Bernard, a resident of the Pays Plat First Nation reserve, registered with the ILC program for entirely different reasons from Laura. Due to the legacy of historical atrocities and continued social inequities, First Nations youth often dropout at rates higher than the national average. Bernard was no exception. However, unlike most young people who dropout of high school, Bernard was able to secure a good position as a Water Plant Operator and held that position for over 20 years. In recent years, the regulations changed and his employer informed him that he would have to ascertain a provincial license to continue in his role. This is not unusual as the Canadian workforce has become more competitive, favouring highly credentialed workers. Although increasingly common, the problem was that Bernard could not get this particular license without completing high school. In order to continue in a role that he loved, Bernard approached ILC, the sole provider of the GED testing in Ontario, and completed both his Ontario High School Equivalency Certificate and the special certificate he needed to continue in his position.

Martha’s story is also distinct. As a Canadian senior Martha looked forward to an even longer life than previous generations. The challenge is that after her husband passed away, Martha needed to quickly find a way to reinvent and support herself. Having stayed home throughout her marriage, Martha didn’t have a clear idea of how she would accomplish this but knew that earning her high school degree was a good start. Like many of our seniors, Martha possessed an incredible sense of resilience, which led her online enabling her to tackle assignments and access educational resources. When she earned her high school degree her elderly mother was delighted, exclaiming that she had waited over forty years to see her daughter graduate.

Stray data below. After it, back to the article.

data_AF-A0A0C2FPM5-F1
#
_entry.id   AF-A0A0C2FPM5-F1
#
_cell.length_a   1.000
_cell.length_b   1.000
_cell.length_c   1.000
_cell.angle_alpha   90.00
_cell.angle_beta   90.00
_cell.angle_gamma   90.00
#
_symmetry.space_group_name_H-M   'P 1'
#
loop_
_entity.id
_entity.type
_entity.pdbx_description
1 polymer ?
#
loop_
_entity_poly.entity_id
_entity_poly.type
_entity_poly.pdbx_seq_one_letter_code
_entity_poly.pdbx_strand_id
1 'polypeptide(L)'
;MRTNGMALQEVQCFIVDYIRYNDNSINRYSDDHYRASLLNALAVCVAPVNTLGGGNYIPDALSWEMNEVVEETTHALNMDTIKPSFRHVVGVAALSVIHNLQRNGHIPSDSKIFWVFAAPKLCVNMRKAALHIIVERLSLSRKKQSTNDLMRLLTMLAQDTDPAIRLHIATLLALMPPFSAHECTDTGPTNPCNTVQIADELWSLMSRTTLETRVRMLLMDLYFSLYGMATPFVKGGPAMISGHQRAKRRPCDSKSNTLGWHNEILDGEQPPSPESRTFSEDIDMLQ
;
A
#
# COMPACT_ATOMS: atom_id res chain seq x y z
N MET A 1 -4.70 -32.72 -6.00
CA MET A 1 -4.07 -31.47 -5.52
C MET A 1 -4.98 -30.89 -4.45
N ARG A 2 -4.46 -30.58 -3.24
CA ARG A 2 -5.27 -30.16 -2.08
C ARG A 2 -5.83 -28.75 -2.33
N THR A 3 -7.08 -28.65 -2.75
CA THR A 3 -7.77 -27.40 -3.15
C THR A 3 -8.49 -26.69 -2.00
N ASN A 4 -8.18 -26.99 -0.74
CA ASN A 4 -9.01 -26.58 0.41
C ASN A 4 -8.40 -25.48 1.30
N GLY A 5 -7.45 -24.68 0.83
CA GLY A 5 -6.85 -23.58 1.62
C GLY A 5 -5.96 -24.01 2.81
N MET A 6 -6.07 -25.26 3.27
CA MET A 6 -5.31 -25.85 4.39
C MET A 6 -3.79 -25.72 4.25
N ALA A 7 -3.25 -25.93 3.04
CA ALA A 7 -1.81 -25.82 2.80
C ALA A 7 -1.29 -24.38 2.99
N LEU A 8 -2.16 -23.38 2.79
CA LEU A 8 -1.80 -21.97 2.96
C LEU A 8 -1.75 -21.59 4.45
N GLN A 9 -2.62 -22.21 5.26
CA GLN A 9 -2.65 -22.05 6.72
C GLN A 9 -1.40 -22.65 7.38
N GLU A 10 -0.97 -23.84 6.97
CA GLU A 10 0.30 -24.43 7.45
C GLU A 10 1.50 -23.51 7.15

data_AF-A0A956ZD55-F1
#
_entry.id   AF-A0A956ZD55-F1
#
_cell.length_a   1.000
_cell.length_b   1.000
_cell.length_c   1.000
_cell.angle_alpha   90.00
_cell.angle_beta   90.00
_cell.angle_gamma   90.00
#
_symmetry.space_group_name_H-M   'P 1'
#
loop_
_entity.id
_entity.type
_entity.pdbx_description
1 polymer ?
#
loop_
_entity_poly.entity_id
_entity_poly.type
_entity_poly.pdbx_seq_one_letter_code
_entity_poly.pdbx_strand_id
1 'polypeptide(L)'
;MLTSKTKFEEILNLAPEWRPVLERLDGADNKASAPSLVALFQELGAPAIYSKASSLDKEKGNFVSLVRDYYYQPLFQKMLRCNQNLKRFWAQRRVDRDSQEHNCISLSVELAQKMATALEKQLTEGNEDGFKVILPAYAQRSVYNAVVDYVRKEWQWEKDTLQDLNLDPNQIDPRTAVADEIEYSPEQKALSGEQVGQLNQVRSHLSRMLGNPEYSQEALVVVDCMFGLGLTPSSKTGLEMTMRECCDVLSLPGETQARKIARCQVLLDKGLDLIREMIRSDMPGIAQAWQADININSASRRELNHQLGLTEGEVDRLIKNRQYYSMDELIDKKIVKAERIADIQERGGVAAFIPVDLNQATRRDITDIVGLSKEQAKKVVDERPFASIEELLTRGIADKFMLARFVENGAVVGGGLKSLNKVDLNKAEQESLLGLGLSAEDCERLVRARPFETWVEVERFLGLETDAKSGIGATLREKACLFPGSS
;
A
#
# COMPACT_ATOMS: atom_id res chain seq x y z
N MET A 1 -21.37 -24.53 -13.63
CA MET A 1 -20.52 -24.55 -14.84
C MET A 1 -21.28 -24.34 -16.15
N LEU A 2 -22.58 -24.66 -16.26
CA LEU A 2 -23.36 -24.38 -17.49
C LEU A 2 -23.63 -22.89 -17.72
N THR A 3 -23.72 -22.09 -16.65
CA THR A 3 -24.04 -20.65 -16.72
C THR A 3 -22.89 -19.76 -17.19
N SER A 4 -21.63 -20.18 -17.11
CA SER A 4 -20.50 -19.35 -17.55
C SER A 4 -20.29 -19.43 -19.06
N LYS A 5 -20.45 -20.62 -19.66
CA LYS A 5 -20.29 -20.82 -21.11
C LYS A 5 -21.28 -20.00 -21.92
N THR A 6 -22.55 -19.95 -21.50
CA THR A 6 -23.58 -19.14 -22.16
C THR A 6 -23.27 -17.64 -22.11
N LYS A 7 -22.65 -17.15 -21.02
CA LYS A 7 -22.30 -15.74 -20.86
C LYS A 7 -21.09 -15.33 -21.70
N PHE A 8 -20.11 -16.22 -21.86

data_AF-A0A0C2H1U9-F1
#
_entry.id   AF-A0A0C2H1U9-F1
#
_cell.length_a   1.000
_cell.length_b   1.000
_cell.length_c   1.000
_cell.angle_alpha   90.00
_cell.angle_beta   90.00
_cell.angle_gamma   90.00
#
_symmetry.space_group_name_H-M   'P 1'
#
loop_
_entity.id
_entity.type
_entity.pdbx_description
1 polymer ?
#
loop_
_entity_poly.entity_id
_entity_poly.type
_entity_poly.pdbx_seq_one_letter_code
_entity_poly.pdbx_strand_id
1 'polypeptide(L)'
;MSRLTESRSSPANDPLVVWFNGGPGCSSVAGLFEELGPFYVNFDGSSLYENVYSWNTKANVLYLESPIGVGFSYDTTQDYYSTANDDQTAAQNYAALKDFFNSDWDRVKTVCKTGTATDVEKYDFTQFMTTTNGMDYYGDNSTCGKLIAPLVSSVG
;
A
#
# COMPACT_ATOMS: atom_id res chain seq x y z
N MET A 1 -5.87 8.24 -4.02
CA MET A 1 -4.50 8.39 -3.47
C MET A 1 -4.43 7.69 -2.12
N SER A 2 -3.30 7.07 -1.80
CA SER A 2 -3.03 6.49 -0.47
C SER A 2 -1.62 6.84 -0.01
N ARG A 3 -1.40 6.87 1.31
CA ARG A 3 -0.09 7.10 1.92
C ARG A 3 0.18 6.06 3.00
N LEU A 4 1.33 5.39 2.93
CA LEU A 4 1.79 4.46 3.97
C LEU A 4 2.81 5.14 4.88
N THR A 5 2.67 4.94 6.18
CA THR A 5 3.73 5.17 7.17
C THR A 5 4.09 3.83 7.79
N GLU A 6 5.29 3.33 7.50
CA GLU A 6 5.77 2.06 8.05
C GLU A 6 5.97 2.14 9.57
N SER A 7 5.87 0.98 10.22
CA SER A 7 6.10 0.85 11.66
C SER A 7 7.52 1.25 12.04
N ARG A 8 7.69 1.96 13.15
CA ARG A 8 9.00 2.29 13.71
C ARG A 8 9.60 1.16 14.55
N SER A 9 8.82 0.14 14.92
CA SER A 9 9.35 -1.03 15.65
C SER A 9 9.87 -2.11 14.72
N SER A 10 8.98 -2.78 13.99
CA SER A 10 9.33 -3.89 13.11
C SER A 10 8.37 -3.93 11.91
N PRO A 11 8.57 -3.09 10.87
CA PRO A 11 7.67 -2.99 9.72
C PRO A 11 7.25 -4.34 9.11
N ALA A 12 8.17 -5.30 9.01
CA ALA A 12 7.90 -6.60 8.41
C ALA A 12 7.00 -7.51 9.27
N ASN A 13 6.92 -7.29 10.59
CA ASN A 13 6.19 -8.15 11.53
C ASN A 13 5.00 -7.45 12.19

These ICL stories exemplify the incredible impact of high quality distance learning programs right across the country, which help adults complete high school amid their hectic lives. While this demographic is not as ‘cute and cuddly’ as younger students in their formative years of learning, or as compelling as youth whose educational choices will shape their life’s trajectory, adult students should be included in our national conversations about education.

There are far-reaching benefits of ensuring that adults are educated. In addition to increasing career options, completing a high school education correlates with better health outcomes, combats intergenerational poverty, heightens self-worth and opens up new possibilities for pursuing well-paid trades, exploring entrepreneurship or successfully completing a post-secondary diploma or degree.

In fact, the United Nations has declared that it is imperative for both children and adults to have access to quality education as it is a “fundamental human right and essential for the exercise of all other human rights.” As such, it would be prudent to set progressive targets that ensure that Canadians of all ages complete high school, articulate best practice standards for enhancing adult education models, and provide increased support to both adult students and the programs that support them.


Jay Pitter is a senior marketing communications specialist and narratologist. With a Master’s Degree in Narrative Theory and Methodology, Jay investigates “story” as a communicative mode, data, art form, economy and social discourse. Her writing credits include CBC Radio, the Toronto Star, Walrus Magazine, Spacing Magazine, Fireweed, Sister Vision Press, TVO and the book Climate Change: Who’s Carrying the Burden?